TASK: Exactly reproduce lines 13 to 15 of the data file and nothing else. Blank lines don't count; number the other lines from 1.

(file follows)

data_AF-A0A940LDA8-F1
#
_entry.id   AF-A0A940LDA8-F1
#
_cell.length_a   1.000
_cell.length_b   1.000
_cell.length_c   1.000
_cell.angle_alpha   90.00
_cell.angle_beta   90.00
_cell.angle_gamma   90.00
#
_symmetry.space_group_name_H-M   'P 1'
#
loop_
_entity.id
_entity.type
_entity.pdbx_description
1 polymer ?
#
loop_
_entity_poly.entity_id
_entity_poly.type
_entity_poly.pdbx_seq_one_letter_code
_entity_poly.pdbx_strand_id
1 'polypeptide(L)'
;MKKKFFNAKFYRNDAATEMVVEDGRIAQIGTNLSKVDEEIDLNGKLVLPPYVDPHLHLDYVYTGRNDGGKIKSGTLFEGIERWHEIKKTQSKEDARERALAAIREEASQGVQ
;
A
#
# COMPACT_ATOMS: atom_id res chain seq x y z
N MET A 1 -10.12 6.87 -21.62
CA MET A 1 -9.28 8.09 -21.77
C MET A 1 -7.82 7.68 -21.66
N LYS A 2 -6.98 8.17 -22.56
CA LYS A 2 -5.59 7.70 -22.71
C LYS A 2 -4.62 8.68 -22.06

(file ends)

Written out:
#
loop_
_entity.id